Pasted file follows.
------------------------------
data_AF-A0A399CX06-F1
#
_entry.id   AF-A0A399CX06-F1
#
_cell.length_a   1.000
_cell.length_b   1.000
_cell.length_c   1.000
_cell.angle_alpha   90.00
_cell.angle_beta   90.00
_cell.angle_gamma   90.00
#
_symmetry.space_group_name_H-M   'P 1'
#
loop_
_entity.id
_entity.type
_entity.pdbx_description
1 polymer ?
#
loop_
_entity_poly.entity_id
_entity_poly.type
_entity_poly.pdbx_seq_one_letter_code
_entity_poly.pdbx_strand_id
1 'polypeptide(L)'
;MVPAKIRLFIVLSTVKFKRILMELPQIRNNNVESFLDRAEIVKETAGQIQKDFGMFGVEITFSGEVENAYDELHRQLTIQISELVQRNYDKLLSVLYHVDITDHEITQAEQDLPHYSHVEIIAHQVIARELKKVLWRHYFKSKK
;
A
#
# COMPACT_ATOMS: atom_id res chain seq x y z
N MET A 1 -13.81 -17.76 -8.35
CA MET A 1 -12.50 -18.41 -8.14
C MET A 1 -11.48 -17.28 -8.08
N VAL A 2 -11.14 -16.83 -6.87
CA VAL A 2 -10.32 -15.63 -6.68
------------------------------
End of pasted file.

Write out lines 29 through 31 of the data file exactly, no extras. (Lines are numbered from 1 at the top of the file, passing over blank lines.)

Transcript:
#
# COMPACT_ATOMS: atom_id res chain seq x y z
N MET A 1 -13.81 -17.76 -8.35